RestartExecutionOnUpdate: true
    - Name: Source
        - InputArtifacts: []
            Version: '1'
            Owner: AWS
            Category: Source
            Provider: CodeStarSourceConnection
            - Name: !Sub "${ProjectName}-SourceArtifact"
            RunOrder: 1
            ConnectionArn: !Ref GithubConnection
            FullRepositoryId: !Ref FullRepoId
            BranchName: !Ref GitHubBranch
            OutputArtifactFormat: "CODE_ZIP"
            Name: get-source-code
            RunOrder: 1
    - Name: Build
        - Name: build-from-source
        - Name: !Sub "${ProjectName}-SourceArtifact"
        - Name: !Sub "${ProjectName}-BuildArtifact"
            Category: Build
            Owner: AWS
            Version: "1"
            Provider: CodeBuild
            ProjectName: !Ref CodeBuild
        RunOrder: 1

    - Name: DeployStaging
        - Name: create-changeset
        - Name: !Sub "${ProjectName}-BuildArtifact"
        - Name: !Sub "${ProjectName}-SourceArtifact"
        OutputArtifacts: []
            Category: Deploy
            Owner: AWS
            Version: "1"
            Provider: CloudFormation
            StackName: !Sub "${ProjectName}-app-stack-staging"
            ActionMode: CHANGE_SET_REPLACE
            ChangeSetName: app-changeset-dev
            Capabilities: CAPABILITY_NAMED_IAM
            TemplatePath: !Sub "${ProjectName}-SourceArtifact::${SAMOutputFile}"
            # TemplateConfiguration allows for a template file which can be used for many enviornments and better configuration 
            TemplateConfiguration: !Sub "${ProjectName}-BuildArtifact::ci/params/staging.json"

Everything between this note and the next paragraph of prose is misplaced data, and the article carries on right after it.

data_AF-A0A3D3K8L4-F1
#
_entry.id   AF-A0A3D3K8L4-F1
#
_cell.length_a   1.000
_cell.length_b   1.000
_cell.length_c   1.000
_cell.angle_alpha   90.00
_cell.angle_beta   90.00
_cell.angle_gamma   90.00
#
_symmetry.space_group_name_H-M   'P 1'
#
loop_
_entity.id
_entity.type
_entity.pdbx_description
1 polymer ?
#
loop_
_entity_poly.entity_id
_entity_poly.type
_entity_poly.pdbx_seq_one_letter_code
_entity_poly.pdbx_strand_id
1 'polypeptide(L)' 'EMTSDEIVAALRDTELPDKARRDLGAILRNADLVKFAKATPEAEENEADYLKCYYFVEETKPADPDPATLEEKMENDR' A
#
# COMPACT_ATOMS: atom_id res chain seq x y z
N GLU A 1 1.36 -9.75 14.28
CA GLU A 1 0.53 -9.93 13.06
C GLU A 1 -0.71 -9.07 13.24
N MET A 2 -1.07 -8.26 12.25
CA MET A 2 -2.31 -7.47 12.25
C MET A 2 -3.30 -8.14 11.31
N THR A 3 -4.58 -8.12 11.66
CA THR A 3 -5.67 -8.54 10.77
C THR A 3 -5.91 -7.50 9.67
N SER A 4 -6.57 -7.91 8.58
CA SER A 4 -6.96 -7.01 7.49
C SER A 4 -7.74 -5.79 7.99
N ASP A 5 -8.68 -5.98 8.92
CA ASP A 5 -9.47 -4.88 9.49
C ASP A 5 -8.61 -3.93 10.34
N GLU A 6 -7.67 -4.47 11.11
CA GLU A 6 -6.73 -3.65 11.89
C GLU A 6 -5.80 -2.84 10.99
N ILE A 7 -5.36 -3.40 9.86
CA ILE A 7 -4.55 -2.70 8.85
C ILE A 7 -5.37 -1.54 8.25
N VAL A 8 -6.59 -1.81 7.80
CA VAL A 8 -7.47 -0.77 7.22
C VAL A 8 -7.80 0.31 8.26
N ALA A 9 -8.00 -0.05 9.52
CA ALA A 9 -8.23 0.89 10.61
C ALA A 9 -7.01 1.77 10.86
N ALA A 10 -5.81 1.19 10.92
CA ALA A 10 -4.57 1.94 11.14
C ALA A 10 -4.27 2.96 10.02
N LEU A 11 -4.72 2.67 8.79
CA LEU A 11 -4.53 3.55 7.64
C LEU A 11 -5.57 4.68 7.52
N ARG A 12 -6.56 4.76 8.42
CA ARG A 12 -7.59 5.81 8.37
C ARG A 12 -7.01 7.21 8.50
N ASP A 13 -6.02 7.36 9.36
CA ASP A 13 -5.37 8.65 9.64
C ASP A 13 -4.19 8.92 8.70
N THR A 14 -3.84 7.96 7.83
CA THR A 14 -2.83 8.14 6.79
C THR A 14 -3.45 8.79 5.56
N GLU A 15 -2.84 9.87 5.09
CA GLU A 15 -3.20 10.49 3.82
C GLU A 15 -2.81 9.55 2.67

RoleArn: !Sub "arn:aws:iam::${AWS::AccountId}:role/${ProjectName}-cloudformation-role"
        RunOrder: 1
        - Name: execute-changeset
        InputArtifacts: []
        OutputArtifacts: []
            Category: Deploy
            Owner: AWS
            Version: "1"
            Provider: CloudFormation
            StackName: !Sub "${ProjectName}-app-stack-staging"
            ActionMode: CHANGE_SET_EXECUTE
            ChangeSetName: app-changeset-staging
            RoleArn: !Sub "arn:aws:iam::${AWS::AccountId}:role/${ProjectName}-cloudformation-role"
        RunOrder: 2

        Type: S3
        Location: !Ref S3ArtifactBucket
        Id: !Ref KMSKey
        Type: KMS

Breakdown of the template

This appears to be quite a lot. Let’s break it down from top to bottom.

  • Create an S3 bucket to hold the zip of the compiled code.
  • Define how to build the code using CodeBuild.
    • This will default to using BuildSpec.yml in the root of the project.
    • This is also how we can change to using a docker image with .NET 5 if required.
  • Define the pipeline
    • The main section is the stages section
    • Define a source input using a GitHub connection
      • The connection requires a one-time setup via the Console
    • Define the build stage and link to our CodeBuild already defined.
      • This also defined two outputs, source and build artifacts
      • The build artifacts are required to pass the code commit SHA.
    • Define the CloudFormation deploy
      • In this case, it is declared with two actions, a change-set and an execute changeset.
      • The CloudFormation file (our SAM template) is parameterized to accept the file path/code commit SHA